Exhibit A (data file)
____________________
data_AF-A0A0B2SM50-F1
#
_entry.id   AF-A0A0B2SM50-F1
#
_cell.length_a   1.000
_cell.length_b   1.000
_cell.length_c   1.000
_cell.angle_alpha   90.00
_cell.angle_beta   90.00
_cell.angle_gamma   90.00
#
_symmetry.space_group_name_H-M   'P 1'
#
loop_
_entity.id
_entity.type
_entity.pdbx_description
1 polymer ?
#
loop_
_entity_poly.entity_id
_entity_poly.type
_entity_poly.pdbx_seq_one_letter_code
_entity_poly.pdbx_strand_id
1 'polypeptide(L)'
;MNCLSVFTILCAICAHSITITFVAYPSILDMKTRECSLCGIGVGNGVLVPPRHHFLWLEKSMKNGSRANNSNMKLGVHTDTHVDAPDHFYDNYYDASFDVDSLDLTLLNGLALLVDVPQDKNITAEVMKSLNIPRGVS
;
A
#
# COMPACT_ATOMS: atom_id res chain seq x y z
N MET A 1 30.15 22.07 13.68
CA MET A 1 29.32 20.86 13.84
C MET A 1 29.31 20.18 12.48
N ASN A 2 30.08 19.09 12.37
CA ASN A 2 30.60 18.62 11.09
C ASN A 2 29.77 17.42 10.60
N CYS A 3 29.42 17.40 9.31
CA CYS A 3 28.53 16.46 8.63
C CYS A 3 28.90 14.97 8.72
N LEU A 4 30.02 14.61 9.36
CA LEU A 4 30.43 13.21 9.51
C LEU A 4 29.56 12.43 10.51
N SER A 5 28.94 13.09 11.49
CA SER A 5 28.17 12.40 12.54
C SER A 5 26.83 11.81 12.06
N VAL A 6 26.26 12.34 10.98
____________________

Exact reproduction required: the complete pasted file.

data_AF-A0A0B2SM50-F1
#
_entry.id   AF-A0A0B2SM50-F1
#
_cell.length_a   1.000
_cell.length_b   1.000
_cell.length_c   1.000
_cell.angle_alpha   90.00
_cell.angle_beta   90.00
_cell.angle_gamma   90.00
#
_symmetry.space_group_name_H-M   'P 1'
#
loop_
_entity.id
_entity.type
_entity.pdbx_description
1 polymer ?
#
loop_
_entity_poly.entity_id
_entity_poly.type
_entity_poly.pdbx_seq_one_letter_code
_entity_poly.pdbx_strand_id
1 'polypeptide(L)'
;MNCLSVFTILCAICAHSITITFVAYPSILDMKTRECSLCGIGVGNGVLVPPRHHFLWLEKSMKNGSRANNSNMKLGVHTDTHVDAPDHFYDNYYDASFDVDSLDLTLLNGLALLVDVPQDKNITAEVMKSLNIPRGVS
;
A
#
# COMPACT_ATOMS: atom_id res chain seq x y z
N MET A 1 30.15 22.07 13.68
CA MET A 1 29.32 20.86 13.84
C MET A 1 29.31 20.18 12.48
N ASN A 2 30.08 19.09 12.37
CA ASN A 2 30.60 18.62 11.09
C ASN A 2 29.77 17.42 10.60
N CYS A 3 29.42 17.40 9.31
CA CYS A 3 28.53 16.46 8.63
C CYS A 3 28.90 14.97 8.72
N LEU A 4 30.02 14.61 9.36
CA LEU A 4 30.43 13.21 9.51
C LEU A 4 29.56 12.43 10.51
N SER A 5 28.94 13.09 11.49
CA SER A 5 28.17 12.40 12.54
C SER A 5 26.83 11.81 12.06
N VAL A 6 26.26 12.34 10.98